Tuesday, December 2, 2008

Candy Writer Decorations- How To

I first learned of this candy writer technique from Bakerella, here and here. I struggled with what kind of cake I wanted to make, but I knew this is how it would be decorated.

First trace your design onto a piece of paper. My original design was a little too large so I reduced the overall image by 20% using my printer. Repeat the image as many times as you want being careful not to put them too close together. Tape the piece of paper of your images into place on a baking sheet. Then tape a piece of parchment paper over it.

Melt your candy writers in a tall cup of hot water. (Candy writers are just colored chocolate coating in a tube.) Knead the tube until the candy is melted and there are no more lumps. Do not melt them in the microwave.

Trace your image onto parchment paper using the candy writers. If there is any decoration (eyes, polka dots etc) on the image fill them in first. I put a drop of brown for the eye, then carefully put white over it, then filled in the orange, being careful not to disturb the eye.

Then fill in the image with more candy. Use the tip of the writer or a toothpick to help spread out the candy. It doesn't have to be pretty, this is going to be the backside of your decoration.

Place the baking sheet in the refrigerator to help solidify the candy. Once cool and hardened, then decorations can be removed from the parchment paper. They may slide off the paper, so be careful when removing them from the fridge. It's best to use a baking sheet with sides, just to prevent them from sliding off and crashing on the floor. These can be made a couple days in advance and kept in an airtight container at room temp. Just make sure they're not touching eachother. If you live in a warm climate, keep them refrigerated. Use icing to stick them to your cake.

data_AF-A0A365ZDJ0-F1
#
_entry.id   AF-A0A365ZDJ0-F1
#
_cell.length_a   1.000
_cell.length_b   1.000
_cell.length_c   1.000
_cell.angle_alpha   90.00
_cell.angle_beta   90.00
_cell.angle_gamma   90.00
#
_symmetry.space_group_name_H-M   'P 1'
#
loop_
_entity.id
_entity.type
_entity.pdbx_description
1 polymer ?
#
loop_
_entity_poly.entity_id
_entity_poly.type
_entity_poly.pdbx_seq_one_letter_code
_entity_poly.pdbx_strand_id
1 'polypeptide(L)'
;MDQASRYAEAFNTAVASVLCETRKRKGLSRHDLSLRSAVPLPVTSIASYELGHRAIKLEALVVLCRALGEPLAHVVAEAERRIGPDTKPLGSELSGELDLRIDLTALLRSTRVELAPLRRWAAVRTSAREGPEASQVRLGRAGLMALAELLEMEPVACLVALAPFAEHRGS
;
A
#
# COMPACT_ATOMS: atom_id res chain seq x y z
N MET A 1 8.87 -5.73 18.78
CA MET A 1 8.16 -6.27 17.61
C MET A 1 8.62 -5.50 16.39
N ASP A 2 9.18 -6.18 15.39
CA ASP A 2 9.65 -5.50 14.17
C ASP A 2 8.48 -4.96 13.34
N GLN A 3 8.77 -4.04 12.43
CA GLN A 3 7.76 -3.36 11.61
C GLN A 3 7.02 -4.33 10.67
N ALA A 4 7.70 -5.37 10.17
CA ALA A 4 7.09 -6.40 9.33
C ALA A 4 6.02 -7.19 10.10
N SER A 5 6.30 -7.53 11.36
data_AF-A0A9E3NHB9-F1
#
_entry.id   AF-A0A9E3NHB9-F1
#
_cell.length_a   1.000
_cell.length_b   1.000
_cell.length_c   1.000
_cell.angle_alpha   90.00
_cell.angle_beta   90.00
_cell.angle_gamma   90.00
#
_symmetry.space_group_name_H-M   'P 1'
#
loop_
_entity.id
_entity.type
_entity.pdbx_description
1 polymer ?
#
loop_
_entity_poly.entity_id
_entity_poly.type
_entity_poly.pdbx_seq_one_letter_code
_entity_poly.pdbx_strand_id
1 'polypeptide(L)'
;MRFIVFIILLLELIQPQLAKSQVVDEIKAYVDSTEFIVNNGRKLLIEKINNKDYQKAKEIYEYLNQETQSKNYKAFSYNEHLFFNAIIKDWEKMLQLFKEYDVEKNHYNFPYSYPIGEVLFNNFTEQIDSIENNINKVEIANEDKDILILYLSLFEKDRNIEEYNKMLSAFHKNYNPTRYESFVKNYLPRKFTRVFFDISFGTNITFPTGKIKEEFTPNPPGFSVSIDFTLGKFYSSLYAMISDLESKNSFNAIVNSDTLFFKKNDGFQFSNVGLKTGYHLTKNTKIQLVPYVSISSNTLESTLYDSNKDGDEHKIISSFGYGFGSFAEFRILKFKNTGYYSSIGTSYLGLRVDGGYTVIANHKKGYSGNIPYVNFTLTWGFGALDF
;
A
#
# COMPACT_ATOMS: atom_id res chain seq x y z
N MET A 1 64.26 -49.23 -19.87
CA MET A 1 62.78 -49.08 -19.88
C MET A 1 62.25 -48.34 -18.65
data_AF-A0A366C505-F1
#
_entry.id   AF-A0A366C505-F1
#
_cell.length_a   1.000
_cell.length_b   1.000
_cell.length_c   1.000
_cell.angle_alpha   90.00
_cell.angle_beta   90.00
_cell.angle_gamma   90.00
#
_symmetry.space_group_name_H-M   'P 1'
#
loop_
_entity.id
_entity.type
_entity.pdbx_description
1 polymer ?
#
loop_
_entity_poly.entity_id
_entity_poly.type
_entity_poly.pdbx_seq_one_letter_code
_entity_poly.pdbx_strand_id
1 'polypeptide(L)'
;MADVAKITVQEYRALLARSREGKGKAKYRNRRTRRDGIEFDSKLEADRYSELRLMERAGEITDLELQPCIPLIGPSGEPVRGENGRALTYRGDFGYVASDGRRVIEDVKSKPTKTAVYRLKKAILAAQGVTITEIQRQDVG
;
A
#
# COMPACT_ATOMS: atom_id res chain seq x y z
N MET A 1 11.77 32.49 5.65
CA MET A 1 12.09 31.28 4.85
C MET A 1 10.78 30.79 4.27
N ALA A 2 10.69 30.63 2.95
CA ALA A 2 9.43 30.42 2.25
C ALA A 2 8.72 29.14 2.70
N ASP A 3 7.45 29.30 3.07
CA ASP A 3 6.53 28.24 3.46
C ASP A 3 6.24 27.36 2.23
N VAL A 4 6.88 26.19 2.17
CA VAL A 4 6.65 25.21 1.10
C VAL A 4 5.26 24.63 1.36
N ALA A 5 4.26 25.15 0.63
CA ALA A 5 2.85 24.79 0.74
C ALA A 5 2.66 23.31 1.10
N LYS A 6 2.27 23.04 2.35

I only had one major disaster when it came to the candy writers. I melted one the dark green in warm water and it never melted. It still felt lumpy. It was a little softer than normal (rock hard) but when I squeezed the tube, nothing came out. I squeezed a little harder thinking the tip was clogged and the whole top broke off. The candy was stiff and dry so i tossed it. A waste of $2. The only thing I can think of is that I bought an old writer from my bake shop.

You can also use Wilton Candy Melts, which I had to do because my local bakeshop was out of blue and purple (even though when I called they said they had some).

I put the amount I needed and melted them in freezer bags. I nuked them for 30 seconds, kneaded the bag to disperse the melted wafers then microwaved them again for another 30 seconds. I learned of this tip in Hello Cupcake! and it made it easier to clean up, but the bag got really hot and it was hard to handle. And the wafers seized up a bit. I think next time, I'll microwave them on lower heat in a microwave proof bowl and mix as I go (like I do when I melt chocolate chips) then transfer to squeeze bottles for easier handling.

Then outline and fill in as above.

The only problem I had with these, was that there were more air bubbles in the candy coating than with the writers. But like I said, I'll melt them differently and hopefully the candy won't seize up as much.

Overall, this was fun. I would definitely do it again. Whatever candy you don't use, you can save for later. It's a lot easier and cleaner than using the melting wafers. You can also use these writers to decorate cookies or write on cakes. Check your local bakeshop for them or order them online. Have fun!


Jenn said...

That's awesome. I never would have thought about that.

Christine said...

wow, amazing! Don't know about this kind of art before. I think my daughter would love it.

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